- “We oppose Question 3 because electricity deregulation is a failed experiment that has resulted in higher electric rates in other states. At a time when education budgets are already squeezed, our school districts simply can’t afford to have our limited resources diverted from the classroom to pay for increased electricity costs,” said Ruben Murillo, Jr. a special education teacher in Clark County and President of NSEA.
The NSEA TIP Board of Directors voted unanimously to oppose this risky and costly Constitutional Amendment because it would leave Nevada educators, students, and their families with higher electric rates and a less reliable power supply.
Virginia Mills, President of the Education Support Employees Association in Las Vegas, added, “Question 3 would increase electric rates for Nevada residents, taking money out of the pockets of our state’s hardworking education support professionals, teachers, retirees, medically fragile, and the families of the students we serve. We strongly urge Nevadans to get the facts and vote NO on Question 3 this November.”
English teacher Natha Anderson, President of the Washoe Education Association, said, “An independent study by the PUCN found that Question 3 would likely cost more than $4 billion to implement, including adding more than $100 million in new start-up costs and $45 million in new annual maintenance costs. Rather than pursue risky electricity deregulation, we need to be putting those kinds of funds into our struggling schools.”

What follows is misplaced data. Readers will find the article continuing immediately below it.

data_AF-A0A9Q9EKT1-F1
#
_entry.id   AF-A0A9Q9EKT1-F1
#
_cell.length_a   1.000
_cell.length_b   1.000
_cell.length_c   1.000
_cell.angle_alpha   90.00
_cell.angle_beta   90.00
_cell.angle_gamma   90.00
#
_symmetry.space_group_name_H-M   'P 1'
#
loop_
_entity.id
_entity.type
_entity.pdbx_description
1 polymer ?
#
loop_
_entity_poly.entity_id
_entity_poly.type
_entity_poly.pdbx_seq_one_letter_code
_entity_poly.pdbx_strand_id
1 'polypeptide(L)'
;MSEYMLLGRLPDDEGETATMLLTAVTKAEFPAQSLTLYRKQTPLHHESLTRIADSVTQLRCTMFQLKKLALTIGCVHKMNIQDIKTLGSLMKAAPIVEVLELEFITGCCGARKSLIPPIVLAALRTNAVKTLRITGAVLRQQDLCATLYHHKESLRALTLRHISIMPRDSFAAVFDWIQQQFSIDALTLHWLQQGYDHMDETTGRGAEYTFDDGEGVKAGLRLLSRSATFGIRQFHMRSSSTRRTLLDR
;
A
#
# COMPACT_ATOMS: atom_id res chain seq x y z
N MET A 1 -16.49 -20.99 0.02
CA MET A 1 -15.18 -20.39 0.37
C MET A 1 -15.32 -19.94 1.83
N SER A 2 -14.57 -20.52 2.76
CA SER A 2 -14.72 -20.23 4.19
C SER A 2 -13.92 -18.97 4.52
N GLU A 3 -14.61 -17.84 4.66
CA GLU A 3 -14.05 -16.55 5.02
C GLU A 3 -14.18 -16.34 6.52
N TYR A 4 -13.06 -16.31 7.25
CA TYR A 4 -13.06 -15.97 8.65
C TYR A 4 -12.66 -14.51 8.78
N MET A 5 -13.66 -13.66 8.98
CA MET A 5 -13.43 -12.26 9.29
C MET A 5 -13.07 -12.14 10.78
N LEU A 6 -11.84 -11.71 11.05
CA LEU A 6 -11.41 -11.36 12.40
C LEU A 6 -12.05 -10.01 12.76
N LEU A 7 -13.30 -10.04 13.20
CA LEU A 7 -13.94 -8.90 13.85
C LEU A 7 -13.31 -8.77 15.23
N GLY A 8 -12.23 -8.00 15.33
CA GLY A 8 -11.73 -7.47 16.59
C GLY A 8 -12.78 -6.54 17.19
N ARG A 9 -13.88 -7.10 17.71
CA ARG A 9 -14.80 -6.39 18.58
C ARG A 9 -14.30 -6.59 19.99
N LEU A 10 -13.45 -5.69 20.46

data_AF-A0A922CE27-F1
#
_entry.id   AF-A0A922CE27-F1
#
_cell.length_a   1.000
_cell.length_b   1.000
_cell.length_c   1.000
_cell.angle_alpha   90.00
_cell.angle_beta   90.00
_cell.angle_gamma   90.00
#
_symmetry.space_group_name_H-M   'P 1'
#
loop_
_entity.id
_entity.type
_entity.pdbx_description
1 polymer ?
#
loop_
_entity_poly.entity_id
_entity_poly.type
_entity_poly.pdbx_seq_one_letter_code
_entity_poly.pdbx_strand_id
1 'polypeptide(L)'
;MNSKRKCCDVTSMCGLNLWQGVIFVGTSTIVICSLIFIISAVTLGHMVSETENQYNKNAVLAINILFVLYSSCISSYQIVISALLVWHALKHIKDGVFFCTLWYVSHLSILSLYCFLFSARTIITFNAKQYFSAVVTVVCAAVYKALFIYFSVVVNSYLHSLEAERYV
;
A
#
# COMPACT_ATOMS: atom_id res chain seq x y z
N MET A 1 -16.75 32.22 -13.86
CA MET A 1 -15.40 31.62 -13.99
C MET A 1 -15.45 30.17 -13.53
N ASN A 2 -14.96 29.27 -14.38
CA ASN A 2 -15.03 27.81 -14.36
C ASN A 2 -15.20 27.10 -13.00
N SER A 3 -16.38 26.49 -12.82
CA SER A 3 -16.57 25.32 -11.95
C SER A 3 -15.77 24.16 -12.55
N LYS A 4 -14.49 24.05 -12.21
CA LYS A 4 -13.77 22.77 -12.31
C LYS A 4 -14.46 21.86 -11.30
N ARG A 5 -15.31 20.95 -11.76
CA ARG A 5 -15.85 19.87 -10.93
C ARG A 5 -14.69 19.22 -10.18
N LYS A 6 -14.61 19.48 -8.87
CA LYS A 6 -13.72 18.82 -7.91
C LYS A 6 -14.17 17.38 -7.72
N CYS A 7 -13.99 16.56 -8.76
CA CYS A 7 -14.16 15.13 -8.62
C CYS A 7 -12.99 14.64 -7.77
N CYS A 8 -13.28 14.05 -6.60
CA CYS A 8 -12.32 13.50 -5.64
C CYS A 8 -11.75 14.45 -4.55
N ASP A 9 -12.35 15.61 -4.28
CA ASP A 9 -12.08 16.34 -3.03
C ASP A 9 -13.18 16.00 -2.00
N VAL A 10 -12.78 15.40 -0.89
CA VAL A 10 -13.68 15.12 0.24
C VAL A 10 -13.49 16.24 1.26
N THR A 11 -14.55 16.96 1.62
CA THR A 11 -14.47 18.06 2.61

BACKGROUND ON QUESTION 3:
If passed on Nevada’s November 2018 statewide ballot, Question 3 would dismantle and deregulate Nevada’s existing electricity system – one of the most affordable and reliable in the nation – and replace it with a deregulated system established by the legislature and courts.
In deregulated states, average residential electricity rates are 30% higher than they are in Nevada. As the non-partisan Guinn Center concluded in their Technical Report on Question 3 (issued in July), Nevada would no longer be able to protect consumers from rate increases if Question 3 were to pass.
In April, the Public Utilities Commission of Nevada (PUCN) released a 125-page report on the risks, costs and uncertainties of Question 3. The report details that Question 3 would increase Nevadans’ average monthly electric bills for at least the first 10 years and leave Nevada consumers and taxpayers liable for billions of dollars in costs.
For more information, please visit NOon3.com